In Thanksgiving for the First Twenty Years of
the Juniorate “Immaculate Heart of Mary” in Washington, DC: 2001-2021
Our Province of the Immaculate Conception (USA, Canada, Guyana, Suriname, and Mexico) has been blessed to have a Juniorate (2001), a Novitiate (1998) and now a Contemplative Novitiate (2020) as well. In this year, we give thanks to God for these past twenty years of the Juniorate “Immaculate Heart of Mary” by recalling and sharing its beginnings and some of the major milestones in its history.
2001 in Washington, DC
The Juniorate was formally established on 15 June 2001 in the Archdiocese of Washington, DC –
The new Juniorate began with two groups of student sisters: the new First Year students who had completed their novitiate in Maryland; and the Second Years students who had been in Argentina for their novitiate and first year of Juniorate studies. All of these founding students were from the Phillipines.
For this new Community we were entrusted with the convent belonging to the parish of Holy Comforter-Saint Cyprian Church at 15th and A Street Southeast, fifteen blocks from the Capitol Building and downtown Washington. This building had been built for religious sisters in the 1920’s and had exclusively been used as a convent over the years.
An unusual situation made the first months of the Juniorate particularly memorable. In the move to the new Juniorate, the convent of the old novitiate had accidentally been re-allocated for other purposes. Suddenly there was nowhere to receive the postulants who were set to arrive on June 23. As a result, our postulant group came to live at 28 15th Street, too!
In the fall of 2001, the time came for the academic year to open and for the Filipina novices to profess their first vows and begin classes. As no one who lived in the United States during this period can forget, we experienced the sudden terrorist attack of September 11th in New York, Pennsylvania, and at the Pentagon across the Potomac River from Washington, DC. The date for the first profession was scheduled for September 14 in Brooklyn, New York. Everything went into emergency mode, New York and Washington were both sealed off, and the profession date was temporarily postponed. When at last we crossed the Verrazano Bridge on our way to Brooklyn later in September, we were singing “God Bless America” as we caught sight of lower Manhattan and the sudden void of the skyline where the Twin Towers had stood.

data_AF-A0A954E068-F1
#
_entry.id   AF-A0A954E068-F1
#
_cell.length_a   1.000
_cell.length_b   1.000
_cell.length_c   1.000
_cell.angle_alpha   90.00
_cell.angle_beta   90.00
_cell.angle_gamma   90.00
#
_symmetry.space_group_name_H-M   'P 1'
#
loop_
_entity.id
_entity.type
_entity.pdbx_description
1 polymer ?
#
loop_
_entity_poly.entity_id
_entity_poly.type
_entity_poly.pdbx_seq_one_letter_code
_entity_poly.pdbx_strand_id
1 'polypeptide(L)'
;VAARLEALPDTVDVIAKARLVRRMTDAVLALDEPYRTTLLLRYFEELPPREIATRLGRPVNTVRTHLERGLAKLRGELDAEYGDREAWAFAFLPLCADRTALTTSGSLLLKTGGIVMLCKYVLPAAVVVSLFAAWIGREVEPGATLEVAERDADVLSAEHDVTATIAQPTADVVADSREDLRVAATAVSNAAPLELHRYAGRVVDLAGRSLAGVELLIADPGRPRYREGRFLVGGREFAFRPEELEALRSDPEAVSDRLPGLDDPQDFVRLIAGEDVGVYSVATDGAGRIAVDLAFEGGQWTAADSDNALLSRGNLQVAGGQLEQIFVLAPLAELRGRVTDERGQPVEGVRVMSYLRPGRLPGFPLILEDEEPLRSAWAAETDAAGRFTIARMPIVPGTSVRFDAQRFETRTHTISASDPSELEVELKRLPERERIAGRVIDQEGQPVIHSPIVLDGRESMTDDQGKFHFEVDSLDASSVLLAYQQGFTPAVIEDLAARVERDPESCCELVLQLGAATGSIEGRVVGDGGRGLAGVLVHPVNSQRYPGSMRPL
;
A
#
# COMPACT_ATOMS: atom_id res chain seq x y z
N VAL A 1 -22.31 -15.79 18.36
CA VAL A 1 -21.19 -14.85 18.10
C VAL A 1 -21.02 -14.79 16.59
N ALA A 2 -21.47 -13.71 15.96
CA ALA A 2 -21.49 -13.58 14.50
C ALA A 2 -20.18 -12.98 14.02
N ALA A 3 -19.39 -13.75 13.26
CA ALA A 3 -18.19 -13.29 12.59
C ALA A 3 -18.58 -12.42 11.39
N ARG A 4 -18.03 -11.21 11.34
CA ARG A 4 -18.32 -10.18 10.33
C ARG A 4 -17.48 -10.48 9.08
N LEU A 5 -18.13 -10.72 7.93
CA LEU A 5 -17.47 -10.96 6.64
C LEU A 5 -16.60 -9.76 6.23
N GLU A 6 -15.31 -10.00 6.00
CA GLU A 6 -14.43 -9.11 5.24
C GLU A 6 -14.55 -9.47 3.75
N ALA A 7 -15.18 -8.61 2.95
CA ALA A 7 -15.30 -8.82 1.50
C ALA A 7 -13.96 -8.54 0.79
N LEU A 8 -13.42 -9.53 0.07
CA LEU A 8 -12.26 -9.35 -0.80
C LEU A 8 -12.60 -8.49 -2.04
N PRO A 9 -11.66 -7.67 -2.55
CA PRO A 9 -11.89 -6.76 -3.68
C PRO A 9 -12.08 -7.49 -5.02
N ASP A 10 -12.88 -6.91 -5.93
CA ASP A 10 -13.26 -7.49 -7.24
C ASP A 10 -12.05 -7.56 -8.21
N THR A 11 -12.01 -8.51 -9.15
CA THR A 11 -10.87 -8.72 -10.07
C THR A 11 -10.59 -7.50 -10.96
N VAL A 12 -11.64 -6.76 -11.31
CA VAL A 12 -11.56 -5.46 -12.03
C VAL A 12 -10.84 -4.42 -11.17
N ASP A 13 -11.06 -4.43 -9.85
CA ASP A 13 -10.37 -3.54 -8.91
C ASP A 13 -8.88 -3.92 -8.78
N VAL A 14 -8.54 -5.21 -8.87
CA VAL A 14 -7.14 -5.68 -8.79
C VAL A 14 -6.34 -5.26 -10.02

Finally, Juniorate classes began, we held our first convivium, service teams bustled, and sisters learned more deeply how to pray and how to live in deep charity according to our charism. During the first years we also received newly professed sisters from Asia to continue their Juniorate studies which brought joy and Chinese culture to the community.
The years passed by on 15th Street, with each class growing larger and larger, and more and more local vocations from the United States and nearby Mexico filled the house. Each year it became more and more clear that we were outgrowing the convent. For many years we prayed, searched, and hosted fundraisers in order to purchase a permanent home for the Juniorate community.
2011 the Move to Quincy Street
On February 11, 2011 the Juniorate was transferred to 1326 Quincy Street Northeast. By many prayers and the generosity of many benefactors, we were able to purchase the property as our own. Before our arrival, the house had been used to host families with children receiving medical treatment at the local children’s hospital, one of the best in the country.
Curious neighbors came to see what all the noise was when we first began having sports in the large backyard. Our daily rosary walks have become a norm by which some families and homebound elderly mark the sign of midday. (A neighbor told us that her little son’s third word was “nun” as he would wait patiently by the window to see us passing by!)
Here is the nearby Washington Monument and entrance of the Juniorate.
Washington, DC has been a wonderful home for us, and we pray for many more years ahead.
Sr. Maria Theotokos Adams